The whip-poor-will is a bird well known to those of us who live in the Eastern half of the United States, primarily for his distinctive, beautiful, haunting call. No less distinctive are the band whose single shares the name with this beloved bird. ‘Whippoorwill’ has been offered up as the first look and listen into Clock Opera’s second album, expected in early 2017. It’s been a long overdue reappearance, following the 2012 release of their debut ‘Ways to Forget’, which featured their then most recognisable songs including ‘A Piece of String’, famous for its engaging, percussive style live.

Interestingly, Clock Opera – now a four-piece with the addition of producer Nic Nell on keyboards and vocals – seem to have done a 180 on their new single. Its forlorn nature echoes its namesake’s call and according to group frontman Guy Connelly, this feeling of brooding and introspection was entirely intentional. Speaking about the album, he notes, “To be specific, the majority of the songs [on the new album] were inspired by a miscarriage. A lot of the others were driven by the fallout from it.” Connelly utilises falsetto in what begins as the regretful sighs of a man left behind following the dissolution of a relationship.

However, within the context of his explanation of the album’s primary inspiration, this initially comes across as not only heartfelt, but painfully cutting in its strong emotion. From the very beginning, Connelly tugs hard on our heartstrings: “there’s a hole in this house no fairground ride will fill / no time can kill / since you went away”. The rich tones of piano chords match well with a r&b, at times syncopated beat, which then gives way to a fuller, mainstream pop sound with some admirably timed bouncing blips from a synth.

The song appears to mirror the progression of real human emotion: as animals, we rarely stay in one state, and when we’re struggling with turmoil, in our state of confusion, we suffer highs and lows. The sound of Clock Opera mark 1 was very aggressive and in your face. It appears from ‘Whippoorwill’ that they’ve chosen to go in a more radio-friendly version, but the impact of the rest of ‘Venn’ remains to be seen.


Clock Opera’s newest single ‘Whippoorwill’ is out now via League of Imaginary Nations and !K7 . Watch the video for the single, by their guitarist and bassist Andy West, below. Their sophomore album ‘Venn’ is scheduled for release on the 10th of February 2017. For more of TGTF’s past coverage on Clock Opera, go here.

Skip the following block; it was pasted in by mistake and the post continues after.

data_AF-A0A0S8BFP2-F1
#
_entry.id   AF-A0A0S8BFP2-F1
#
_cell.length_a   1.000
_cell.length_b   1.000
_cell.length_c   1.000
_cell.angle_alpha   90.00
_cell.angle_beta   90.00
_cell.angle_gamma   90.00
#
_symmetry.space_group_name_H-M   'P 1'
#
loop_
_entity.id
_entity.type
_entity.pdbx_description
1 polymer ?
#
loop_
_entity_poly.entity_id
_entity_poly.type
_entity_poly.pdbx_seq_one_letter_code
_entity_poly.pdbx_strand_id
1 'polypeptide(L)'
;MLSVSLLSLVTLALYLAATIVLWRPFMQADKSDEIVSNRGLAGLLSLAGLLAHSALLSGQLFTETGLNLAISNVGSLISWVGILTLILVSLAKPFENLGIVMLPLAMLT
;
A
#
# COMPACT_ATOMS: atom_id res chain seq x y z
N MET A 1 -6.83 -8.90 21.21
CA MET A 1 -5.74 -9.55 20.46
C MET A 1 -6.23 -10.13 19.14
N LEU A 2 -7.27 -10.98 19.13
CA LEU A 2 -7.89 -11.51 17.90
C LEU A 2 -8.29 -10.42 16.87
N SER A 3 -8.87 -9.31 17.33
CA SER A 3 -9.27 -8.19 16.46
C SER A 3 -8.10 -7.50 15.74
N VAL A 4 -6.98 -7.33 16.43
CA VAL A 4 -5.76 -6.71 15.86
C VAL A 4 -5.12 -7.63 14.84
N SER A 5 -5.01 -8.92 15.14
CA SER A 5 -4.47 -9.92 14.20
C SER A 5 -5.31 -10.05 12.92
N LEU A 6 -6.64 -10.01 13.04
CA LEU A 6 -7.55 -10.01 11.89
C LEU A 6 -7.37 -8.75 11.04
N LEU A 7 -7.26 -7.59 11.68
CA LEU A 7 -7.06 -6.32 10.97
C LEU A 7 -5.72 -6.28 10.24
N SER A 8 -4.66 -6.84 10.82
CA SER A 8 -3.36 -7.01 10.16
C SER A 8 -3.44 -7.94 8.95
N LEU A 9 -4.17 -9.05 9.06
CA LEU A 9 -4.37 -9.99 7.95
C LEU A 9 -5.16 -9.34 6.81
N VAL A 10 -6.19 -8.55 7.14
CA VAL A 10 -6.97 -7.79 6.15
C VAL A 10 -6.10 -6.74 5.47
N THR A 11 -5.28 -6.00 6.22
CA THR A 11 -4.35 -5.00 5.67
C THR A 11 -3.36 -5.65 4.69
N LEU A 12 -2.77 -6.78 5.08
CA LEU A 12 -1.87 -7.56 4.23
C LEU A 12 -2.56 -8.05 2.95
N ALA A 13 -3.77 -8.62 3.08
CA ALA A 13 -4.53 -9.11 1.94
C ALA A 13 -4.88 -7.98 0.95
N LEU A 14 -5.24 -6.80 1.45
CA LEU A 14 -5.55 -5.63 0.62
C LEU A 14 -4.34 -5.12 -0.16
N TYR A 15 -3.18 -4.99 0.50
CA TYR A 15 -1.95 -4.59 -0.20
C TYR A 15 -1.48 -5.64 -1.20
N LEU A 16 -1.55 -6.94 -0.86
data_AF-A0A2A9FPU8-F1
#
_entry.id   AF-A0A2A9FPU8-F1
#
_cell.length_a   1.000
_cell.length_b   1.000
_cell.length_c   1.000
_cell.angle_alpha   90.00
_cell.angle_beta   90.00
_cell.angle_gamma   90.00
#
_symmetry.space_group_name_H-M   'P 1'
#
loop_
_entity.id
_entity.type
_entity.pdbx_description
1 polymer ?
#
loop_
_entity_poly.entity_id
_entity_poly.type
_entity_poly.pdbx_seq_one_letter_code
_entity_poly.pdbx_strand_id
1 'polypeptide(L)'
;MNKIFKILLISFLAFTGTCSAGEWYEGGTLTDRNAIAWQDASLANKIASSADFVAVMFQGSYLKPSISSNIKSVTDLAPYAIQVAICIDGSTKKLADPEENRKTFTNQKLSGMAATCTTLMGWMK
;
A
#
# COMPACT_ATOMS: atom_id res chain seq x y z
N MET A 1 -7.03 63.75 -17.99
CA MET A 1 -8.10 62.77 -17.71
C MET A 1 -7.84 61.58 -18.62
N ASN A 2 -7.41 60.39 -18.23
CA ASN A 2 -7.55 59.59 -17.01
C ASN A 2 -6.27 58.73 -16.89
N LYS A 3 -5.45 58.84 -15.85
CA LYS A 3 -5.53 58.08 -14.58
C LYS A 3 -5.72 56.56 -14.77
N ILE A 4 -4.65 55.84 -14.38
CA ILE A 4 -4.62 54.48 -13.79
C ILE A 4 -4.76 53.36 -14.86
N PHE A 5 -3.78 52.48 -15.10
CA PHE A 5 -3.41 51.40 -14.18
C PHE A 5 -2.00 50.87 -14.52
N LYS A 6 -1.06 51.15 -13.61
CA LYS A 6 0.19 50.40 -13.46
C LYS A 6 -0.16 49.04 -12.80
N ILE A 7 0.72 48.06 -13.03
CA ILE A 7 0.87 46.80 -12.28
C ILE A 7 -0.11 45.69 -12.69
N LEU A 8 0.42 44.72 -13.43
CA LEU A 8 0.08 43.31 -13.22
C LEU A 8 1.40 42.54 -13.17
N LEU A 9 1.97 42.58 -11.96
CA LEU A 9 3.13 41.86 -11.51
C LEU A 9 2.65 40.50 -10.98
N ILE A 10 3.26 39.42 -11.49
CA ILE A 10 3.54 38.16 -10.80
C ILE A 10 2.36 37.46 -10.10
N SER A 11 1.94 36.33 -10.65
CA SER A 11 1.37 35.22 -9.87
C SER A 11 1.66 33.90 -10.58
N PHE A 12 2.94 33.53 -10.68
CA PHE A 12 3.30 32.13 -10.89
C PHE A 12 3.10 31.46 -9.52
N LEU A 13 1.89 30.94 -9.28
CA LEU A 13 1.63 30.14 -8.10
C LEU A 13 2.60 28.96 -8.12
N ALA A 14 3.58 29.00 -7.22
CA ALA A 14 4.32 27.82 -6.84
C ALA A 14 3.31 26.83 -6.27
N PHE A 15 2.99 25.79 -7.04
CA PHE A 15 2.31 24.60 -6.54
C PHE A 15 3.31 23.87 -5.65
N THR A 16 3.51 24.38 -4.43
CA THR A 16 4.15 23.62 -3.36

In the Post #151: Clock Opera return with new track ‘Changeling’ from forthcoming new album in 2016

By on Monday, 16th November 2015 at 12:00 pm

Those who have known me for years are aware that I can be an insufferable sentimental git. I hold on to every last memory, good and bad. Last week, I had already formulated in my mind generally how this piece on Clock Opera was going to go. And then Friday night in Paris, the unspeakable happened.

Some people – the kind of people like my own mother who had quaked at the mere thought of me boarding a plane after 9/11, and every single time I’ve done it – are going to be too scared to go out in public, to go to a live show for quite some time. Maybe it will be for months, years, I don’t know. But the more I have read in the last 48 hours of the incredible humanity of those who survived the terrible goings-on in the Bataclan, the outpouring of love from the our whole music community to honour those we have lost, I don’t feel so ashamed of being that insufferable sentimental git at this very moment.

We – all of us – have suffered a great loss, beautiful lives have been cut short, and for what? It is impossible to comprehend through our grief, to make sense of what is truly senseless. But no matter where we are in our lives, whenever we are a party to sorrow, to trauma, we can go deep into our minds and our hearts, where the good memories live and will live on forever. We must do this now, in remembrance of those we’ve lost, many of whom who thought they were going out on a normal Friday night to enjoy live music at a gig, something that many of us do all the time and don’t think about too much, because we take it for granted that we will be safe.

Our lives have changed, yes. But we will keep going, keep living, and living our lives every day for those we have lost who cannot.


I have a fond memory of meeting Clock Opera in Liverpool 3 years ago, shortly after their debut album ‘Ways to Forget’ had been released on Island / Moshi Moshi. They were one of three bands playing the TGTF showcase we put on at the Arts Academy in May 2012, sandwiched in between Brighton’s Dear Prudence and Sydney, Australia’s The Temper Trap, the latter of whom were still running on the success of ‘Sweet Disposition’ and their debut album. It was a great night: the venue was rammed, the bands sounded incredible onstage and we had gobs of punters entering our lucky draw for a Clock Opera CD and a Temper Trap t-shirt.